When I purchased my first water filter 12 years ago the process was an entirely different game. There weren’t a ton of options, which fortunately eliminated any potential, pre-purchase anxiety. Let’s be honest, you know the feeling. As of recent years, I’ve spent most of my time in the backcountry solo. Because of that, I’ve been a fan of Sawyers’ mini filter. In my hunt for a new system that’s friendlier to a larger group, I caught up with Travis over at Sawyer for an expert opinion. “I use the full size Sawyer Squeeze filter as my workhorse. The increased surface area and flow rate are definitely worth the nominal weight upgrade from the mini.” Off his advice, I brought along Sawyers’ new SP131 as I headed into the Sierras this past weekend. The adaptability was unbeatable. On the trail, I drank straight from the pouch to hydrate, without depleting my water supply on board. Then I simply hooked the filter straight up to my hydration bladder using the connection couplings and refilled without having to remove the bladder from my pack. At camp, or when I was in need of a large capacity refill, I threw the large pouch into the mesh bag and voila, a gravity system. Here’s to helping you find your workhorse and 6 important points to consider during your search.
Having peace of mind that I can rely on and easily maintain my treatment system is my first priority. During your search, consider that anything with multiple or moving parts can potentially break. Complex systems which require batteries or bulbs, such as UV light purifiers, will be of little use to you if something dies and you don’t have a backup batteries. This is especially a point of concern if you are in a cold environment where battery life is cut short. It is in my experience, that the least complicated systems, with the least amount of working parts are the most reliable and require the least maintenance. Tablets are extremely reliable, and I always carry a bottle for backup. However, their treatment capacity mixed with time and taste make them a poor first choice. Please accept my deepest apologies tablet enthusiasts. Pay attention to product reviews. No system is going to be perfect. However, there is rhyme and reason to why products receive repeat bad reviews, take notice.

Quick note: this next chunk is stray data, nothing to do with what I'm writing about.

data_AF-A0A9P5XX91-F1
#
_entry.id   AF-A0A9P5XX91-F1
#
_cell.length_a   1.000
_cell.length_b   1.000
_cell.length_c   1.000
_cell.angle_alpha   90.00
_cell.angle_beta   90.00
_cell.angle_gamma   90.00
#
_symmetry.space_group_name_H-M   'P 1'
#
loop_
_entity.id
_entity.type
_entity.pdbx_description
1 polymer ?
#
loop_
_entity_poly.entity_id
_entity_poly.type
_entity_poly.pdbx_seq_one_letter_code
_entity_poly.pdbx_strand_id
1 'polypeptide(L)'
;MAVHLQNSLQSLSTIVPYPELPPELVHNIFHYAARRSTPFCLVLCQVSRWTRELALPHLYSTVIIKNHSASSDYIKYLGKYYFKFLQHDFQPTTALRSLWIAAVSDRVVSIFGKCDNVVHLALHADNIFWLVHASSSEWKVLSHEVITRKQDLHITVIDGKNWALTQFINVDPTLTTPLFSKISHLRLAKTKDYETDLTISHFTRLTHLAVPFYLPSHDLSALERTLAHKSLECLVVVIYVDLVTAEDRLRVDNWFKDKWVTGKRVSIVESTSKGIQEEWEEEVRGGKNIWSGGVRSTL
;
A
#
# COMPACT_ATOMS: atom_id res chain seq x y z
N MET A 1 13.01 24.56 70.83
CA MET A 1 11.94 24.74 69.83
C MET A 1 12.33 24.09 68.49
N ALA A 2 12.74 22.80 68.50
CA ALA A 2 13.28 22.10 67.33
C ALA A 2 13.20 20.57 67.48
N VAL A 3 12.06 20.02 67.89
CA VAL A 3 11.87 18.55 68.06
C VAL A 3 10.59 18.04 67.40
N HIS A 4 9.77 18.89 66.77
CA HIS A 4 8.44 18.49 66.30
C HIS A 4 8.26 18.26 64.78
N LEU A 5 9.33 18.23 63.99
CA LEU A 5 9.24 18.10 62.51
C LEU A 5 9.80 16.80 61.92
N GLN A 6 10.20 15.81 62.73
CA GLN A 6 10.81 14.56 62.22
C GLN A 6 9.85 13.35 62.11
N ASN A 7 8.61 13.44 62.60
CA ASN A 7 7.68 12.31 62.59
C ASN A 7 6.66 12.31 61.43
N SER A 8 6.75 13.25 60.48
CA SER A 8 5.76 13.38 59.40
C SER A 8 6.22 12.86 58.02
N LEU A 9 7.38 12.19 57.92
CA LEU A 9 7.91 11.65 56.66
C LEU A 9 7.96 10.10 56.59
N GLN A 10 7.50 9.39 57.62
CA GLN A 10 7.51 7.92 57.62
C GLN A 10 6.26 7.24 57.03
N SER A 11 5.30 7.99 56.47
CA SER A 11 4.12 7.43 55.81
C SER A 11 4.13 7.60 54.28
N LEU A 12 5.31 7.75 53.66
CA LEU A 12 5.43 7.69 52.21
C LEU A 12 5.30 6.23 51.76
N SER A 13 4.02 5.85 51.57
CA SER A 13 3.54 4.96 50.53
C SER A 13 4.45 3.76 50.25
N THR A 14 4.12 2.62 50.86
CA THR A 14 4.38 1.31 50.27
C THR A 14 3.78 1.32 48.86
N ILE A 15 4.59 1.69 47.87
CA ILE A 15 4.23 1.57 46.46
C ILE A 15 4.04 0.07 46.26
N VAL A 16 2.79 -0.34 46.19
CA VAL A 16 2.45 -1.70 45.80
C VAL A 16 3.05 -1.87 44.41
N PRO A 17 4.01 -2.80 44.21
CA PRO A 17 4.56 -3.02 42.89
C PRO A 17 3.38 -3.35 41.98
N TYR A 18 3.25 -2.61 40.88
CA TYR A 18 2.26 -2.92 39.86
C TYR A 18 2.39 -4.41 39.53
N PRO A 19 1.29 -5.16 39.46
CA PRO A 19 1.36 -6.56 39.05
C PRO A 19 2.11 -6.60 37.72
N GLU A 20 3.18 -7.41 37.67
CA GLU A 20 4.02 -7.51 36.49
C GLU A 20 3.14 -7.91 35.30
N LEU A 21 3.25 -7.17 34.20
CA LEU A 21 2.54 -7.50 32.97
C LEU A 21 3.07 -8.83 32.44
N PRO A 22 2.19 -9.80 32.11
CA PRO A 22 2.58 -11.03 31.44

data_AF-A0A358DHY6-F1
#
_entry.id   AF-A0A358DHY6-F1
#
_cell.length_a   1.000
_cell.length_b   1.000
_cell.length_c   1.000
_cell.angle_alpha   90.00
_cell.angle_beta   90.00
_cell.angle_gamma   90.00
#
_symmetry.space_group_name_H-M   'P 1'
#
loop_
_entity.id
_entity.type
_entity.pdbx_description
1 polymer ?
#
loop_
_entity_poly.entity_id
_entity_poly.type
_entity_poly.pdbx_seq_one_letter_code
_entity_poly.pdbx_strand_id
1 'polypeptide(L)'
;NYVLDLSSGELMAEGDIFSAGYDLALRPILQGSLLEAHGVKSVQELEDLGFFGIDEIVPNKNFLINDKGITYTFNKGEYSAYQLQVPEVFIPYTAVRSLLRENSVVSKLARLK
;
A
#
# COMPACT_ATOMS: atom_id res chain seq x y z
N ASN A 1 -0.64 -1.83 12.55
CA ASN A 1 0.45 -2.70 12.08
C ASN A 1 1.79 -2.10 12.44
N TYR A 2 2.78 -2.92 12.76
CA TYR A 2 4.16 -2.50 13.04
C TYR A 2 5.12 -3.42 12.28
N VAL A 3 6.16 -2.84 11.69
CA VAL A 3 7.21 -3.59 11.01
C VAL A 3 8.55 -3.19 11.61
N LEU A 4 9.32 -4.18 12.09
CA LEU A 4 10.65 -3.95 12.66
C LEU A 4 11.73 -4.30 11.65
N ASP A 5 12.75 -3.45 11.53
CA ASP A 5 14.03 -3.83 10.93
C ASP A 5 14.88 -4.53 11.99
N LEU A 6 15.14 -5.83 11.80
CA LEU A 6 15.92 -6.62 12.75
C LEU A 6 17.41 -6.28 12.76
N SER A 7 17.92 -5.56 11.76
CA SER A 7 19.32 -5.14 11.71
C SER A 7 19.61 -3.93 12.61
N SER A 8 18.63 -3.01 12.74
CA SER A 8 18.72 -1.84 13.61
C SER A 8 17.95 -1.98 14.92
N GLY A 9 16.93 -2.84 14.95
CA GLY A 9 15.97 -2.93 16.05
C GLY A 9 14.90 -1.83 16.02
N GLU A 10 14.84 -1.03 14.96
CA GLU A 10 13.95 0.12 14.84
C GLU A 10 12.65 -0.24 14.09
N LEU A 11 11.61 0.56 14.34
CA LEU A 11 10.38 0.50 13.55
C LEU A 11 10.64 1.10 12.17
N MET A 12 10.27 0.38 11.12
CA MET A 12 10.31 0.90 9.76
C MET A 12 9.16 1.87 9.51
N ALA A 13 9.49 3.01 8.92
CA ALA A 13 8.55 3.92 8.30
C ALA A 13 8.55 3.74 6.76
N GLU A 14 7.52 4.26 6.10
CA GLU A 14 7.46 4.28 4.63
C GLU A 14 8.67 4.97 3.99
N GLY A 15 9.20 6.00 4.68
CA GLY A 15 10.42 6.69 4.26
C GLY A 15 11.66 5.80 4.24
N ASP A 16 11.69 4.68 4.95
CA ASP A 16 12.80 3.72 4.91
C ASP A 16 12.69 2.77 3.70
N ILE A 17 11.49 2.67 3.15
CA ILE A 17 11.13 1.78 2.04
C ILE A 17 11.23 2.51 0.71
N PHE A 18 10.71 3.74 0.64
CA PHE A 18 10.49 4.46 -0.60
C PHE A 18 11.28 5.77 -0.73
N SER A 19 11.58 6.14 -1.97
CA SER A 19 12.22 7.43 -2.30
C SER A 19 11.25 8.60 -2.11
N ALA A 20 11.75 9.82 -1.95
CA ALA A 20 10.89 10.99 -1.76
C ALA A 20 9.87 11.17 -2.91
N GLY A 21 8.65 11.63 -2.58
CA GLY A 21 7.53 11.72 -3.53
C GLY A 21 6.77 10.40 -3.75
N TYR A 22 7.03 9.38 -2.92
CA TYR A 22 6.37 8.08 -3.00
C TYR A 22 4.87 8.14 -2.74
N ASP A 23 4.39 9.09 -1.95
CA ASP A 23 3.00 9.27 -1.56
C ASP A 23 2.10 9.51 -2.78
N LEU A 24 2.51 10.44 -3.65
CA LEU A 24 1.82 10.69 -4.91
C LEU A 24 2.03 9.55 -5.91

2. Speed & Capacity
How quickly does your system treat your water? For filters you are concerned with the flow rate, which is usually broken down into liters per minute. Anything with 1.5-2 liters per minute is about as fast as you are going to get. Typically, the larger the filters surface area the faster the output. UV Light systems usually take about 90 seconds to treat 1 liter of water. Treatments such as tablets or drops require a certain amount of time before you can drink the water which can range from 15 minutes to several hours.
When adventuring with comrades or establishing a basecamp, it is ideal to be able to treat a large capacity of water. If you depend on a system such as tablets, there is a maximum amount of water you can treat depending on your tablet supply. With UV Light, you can treat as much water as you’d like, but are restricted to doing so at 1 liter per 90 second increments. Gravity systems and pumps usually excel at both speed & capacity. It’s just a matter of which you’d rather let do the work, your arm or gravity.